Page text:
Phil Wollf summarizes a lot of the pros and cons heard in the discussion on corporate blogging. Fun read!0 Comments and 0 Trackbacks | Permalink
Olaf Brugman writes an interesting article on languagebarriers in the flow of knowledge. Taking two examples as mini-cases, the language zones at KnowledgeBoard and the huge translation effort at the EU to accomodate for now 12 and soon 24 languages.
In my comment to his posting I try to point out that centralized solutions to the language divide in my view won't work. Not adopting one language, and not going for the huge amount of work of having one centralized hub doing all the translation. Mechanical translation might offer a solution in the future, but not at the moment. I'd go for a decentralized way of looking at it.
So it's up to individuals to create a solution. To connect networks you need connectors, networkstraddlers. Through them knowledge and information can flow between two otherwise seperated networks. So would it be possible to identify and reinforce those Connectors? They would not need to be omniglot or even polyglot, just one or perhaps two foreign language skills would suffice.
These connectors would be able to mesh the different language-networks, and we can even work out mathematically how much meshing would be needed to make it robust.
Of course this would not result in immediate translation of texts into all languages. It would however result in ideas being transmitted throughout the whole system. When enough interest is generated within a certain circle (tipping point like) this subset of people will arrange for translation, on the basis of perceived needs. Once translated a document has become a more 'spreadable meme' and will travel through the system once more.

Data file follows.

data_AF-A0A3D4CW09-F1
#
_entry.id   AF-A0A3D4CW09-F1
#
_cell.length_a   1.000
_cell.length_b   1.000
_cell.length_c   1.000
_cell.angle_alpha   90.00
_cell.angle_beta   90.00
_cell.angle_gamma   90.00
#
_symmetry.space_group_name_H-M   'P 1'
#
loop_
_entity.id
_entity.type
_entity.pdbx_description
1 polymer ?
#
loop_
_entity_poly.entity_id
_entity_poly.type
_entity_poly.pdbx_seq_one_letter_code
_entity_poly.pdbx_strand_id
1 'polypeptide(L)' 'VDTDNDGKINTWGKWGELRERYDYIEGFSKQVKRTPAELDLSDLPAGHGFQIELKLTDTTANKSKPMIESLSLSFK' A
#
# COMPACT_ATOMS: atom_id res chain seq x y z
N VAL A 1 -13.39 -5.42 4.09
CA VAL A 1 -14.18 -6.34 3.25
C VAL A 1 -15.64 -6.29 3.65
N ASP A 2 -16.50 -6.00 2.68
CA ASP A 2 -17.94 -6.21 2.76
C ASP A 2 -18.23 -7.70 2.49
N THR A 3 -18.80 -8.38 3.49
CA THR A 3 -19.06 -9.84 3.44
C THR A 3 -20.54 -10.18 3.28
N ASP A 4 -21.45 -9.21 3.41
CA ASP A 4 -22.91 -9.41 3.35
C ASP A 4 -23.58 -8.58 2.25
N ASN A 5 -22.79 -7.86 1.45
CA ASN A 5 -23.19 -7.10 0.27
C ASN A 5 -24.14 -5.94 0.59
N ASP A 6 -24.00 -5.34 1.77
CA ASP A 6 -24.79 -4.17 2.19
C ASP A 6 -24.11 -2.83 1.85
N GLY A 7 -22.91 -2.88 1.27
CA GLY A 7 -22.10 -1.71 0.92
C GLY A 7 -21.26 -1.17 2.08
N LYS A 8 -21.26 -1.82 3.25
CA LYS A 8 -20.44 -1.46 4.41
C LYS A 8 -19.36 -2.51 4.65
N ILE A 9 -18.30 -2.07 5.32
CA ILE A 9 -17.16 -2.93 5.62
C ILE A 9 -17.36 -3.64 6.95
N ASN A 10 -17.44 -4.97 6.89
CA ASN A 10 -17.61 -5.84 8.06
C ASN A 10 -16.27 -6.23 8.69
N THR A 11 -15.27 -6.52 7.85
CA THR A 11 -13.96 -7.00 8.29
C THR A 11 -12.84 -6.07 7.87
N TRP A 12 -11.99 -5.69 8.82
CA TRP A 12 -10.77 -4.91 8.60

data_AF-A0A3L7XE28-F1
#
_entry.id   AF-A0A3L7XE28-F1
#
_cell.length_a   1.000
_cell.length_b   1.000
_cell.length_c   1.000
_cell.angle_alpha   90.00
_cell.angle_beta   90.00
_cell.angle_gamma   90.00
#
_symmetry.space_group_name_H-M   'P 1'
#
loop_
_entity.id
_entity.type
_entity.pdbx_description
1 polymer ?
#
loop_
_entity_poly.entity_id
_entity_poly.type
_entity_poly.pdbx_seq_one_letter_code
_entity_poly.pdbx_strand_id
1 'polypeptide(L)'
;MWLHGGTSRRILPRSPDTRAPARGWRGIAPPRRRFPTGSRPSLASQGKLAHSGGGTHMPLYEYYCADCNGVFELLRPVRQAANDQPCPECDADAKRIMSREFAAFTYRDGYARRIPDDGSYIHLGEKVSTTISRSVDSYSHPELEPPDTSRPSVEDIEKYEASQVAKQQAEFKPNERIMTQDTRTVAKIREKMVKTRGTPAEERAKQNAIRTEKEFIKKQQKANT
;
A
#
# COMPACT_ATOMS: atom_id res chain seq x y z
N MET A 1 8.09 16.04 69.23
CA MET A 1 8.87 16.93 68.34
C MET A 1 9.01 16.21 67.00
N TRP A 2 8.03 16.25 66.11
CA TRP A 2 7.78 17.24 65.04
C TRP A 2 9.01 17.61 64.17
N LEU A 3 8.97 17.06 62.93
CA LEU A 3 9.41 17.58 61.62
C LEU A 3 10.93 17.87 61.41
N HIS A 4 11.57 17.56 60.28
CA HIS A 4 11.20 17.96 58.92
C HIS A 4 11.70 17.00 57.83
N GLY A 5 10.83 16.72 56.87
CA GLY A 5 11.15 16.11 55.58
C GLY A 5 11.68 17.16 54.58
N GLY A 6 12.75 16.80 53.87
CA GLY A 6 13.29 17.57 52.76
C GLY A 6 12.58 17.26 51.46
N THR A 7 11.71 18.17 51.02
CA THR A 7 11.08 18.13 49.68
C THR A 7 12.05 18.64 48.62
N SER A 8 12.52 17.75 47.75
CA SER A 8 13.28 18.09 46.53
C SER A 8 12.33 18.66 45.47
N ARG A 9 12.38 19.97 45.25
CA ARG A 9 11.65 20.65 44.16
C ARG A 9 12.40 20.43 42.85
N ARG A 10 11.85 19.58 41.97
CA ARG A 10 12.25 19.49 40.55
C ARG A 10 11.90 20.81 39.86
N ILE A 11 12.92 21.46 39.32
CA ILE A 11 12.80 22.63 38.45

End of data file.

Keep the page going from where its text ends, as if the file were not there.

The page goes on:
As I blog in three different languages I can use myself to reflect upon.
I did not start my multilingual blog to cross barriers. I started it to build three geographically different networks. That means that I only sporadically write the same entries in two or three of my blogs. Of course, ideas do get crossfertilized. When writing about the development of the knowledge economy in the Netherlands I do take into account what I know from english sources, and when I write about blogging in the workplace in German I do use previous articles in English and Dutch. So translation is not a goal in itself, and that is how it should be. The perceived need to communicate is the driving force here, and maybe we could deliberately boost that by working on the connectors between language networks.
Also see Blogalization where an active attempt is made to lower language thresholds for bloggers.
(UPDATE: Jeff Jarvis reflects some more on connections between different language blogs.)3 Comments and 3 Trackbacks | Permalink
I am looking for a new job.
Am prepared to telework (although unlikely in what I'm looking for), and am certainly prepared to move from my current location, basically to anywhere within Europe / North America (am fluent in Dutch, English and German).